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 Be the first pioneers to continue the Astronomy Discussions at our new Astronomy meeting place...The Space and Astronomy Agora A Problem Forum List | Follow Ups | Post Message | Back to Thread Topics | In Response ToPosted by Nicholas on November 6, 2002 23:50:27 UTC

"And demands are made of outsiders with new ideas, that they immediately supply math proof, when all mathematicians know that a very high percentage of math calculations is based upon empirically-derived constants and curves. Which is to say; the mechanics are observed and measured
prior to generating mathematical models. "

You don't seem to understand the scientific method. There are observations and there are theories. An example of an observation would be measuring the position of a ball as a function of time after you drop it from a building. You would get the following, x = H - (1/2)gt^2. This is not a theory, this is just a mathematical description of an observation. (x is height, H is initial height, g is acceleration, and t is time)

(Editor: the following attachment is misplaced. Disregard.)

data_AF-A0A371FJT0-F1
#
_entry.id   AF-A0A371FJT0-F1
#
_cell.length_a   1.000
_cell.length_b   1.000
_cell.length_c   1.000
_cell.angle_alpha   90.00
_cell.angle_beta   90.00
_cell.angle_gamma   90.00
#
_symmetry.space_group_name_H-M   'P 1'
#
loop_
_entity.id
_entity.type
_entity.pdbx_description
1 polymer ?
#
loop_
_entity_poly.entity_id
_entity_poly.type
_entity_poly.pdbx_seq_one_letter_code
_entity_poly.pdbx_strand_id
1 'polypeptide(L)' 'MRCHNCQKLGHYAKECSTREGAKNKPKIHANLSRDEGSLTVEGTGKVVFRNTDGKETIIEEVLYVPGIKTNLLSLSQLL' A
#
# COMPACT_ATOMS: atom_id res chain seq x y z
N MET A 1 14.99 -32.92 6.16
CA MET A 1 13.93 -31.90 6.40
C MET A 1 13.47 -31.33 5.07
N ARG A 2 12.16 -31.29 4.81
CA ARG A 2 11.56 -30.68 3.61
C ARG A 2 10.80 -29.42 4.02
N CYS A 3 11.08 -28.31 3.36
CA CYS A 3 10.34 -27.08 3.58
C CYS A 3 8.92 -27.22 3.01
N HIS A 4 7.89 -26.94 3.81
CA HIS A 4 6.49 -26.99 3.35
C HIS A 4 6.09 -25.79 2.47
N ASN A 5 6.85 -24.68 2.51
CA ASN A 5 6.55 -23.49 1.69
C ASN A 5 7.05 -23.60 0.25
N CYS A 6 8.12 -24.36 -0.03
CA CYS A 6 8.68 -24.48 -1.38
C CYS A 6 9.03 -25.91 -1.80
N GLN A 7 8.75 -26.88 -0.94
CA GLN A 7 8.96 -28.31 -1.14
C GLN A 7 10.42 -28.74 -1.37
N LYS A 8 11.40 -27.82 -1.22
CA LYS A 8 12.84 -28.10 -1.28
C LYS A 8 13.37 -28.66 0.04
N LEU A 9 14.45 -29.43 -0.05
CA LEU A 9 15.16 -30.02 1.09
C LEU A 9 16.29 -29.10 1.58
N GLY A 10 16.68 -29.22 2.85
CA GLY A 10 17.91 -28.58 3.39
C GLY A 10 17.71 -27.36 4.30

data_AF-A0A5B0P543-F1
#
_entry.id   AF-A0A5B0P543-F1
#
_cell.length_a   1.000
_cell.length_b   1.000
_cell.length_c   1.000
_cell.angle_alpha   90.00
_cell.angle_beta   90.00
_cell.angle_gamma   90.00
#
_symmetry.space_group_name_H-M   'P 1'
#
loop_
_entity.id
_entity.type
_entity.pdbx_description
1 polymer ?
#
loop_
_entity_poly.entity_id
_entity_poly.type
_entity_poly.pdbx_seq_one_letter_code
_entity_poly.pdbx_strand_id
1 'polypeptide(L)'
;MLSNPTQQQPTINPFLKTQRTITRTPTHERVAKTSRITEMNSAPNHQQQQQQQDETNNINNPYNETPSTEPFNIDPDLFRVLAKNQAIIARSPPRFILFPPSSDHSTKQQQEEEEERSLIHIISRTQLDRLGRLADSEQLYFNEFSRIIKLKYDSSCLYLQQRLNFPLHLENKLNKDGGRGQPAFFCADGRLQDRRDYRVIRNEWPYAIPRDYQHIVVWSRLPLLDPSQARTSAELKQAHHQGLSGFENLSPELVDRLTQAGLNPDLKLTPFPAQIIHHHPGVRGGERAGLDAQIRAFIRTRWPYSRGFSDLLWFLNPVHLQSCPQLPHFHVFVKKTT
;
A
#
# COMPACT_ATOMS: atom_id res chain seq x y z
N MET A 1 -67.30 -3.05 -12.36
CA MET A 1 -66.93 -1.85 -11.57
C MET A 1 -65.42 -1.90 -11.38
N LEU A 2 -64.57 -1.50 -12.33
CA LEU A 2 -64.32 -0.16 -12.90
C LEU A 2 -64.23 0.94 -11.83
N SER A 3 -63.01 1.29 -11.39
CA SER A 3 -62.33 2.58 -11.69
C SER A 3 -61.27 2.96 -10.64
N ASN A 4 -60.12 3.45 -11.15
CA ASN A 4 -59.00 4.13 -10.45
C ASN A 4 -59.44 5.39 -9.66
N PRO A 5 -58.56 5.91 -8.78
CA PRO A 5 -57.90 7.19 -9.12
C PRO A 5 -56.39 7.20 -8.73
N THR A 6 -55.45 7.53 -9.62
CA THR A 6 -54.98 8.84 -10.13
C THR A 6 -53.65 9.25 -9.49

But let's say you want to formulate a theory to explain why the ball fell by that equation. You can come with almost any old thing (let's say invisible gophers are carrying the ball) and you could even contrive an equation to describe this random theory, but the best theories are the ones that can describe not only balls falling, but a whole bunch of other things as well. Newton postulated some fundamental ideas (that is, he guessed based on observations), and both explained and predicted a tremendous number of other observations as a result of these fundamental ideas. Those fundamental ideas were his three laws and the law of gravitation (there may have been a few others, both mathematical and philosophical, but those are the main ones). Using these ideas, he could derive the equation I gave above, along with many other important equations as well. Einstein did something similar.

Here's my problem with your theories: you can't derive anything. You can come up with a wordy explanation for why mercury precesses, but you can't predict where it will be at a given time. Without this predictive power, theories are useless. Einstein's theory can predict not only the orbit of mercury, but many other things that he had no idea about when he formulated his theory.

So I guess this is an important question: What does your theory predict? What will observations reveal in the future if your theory is true?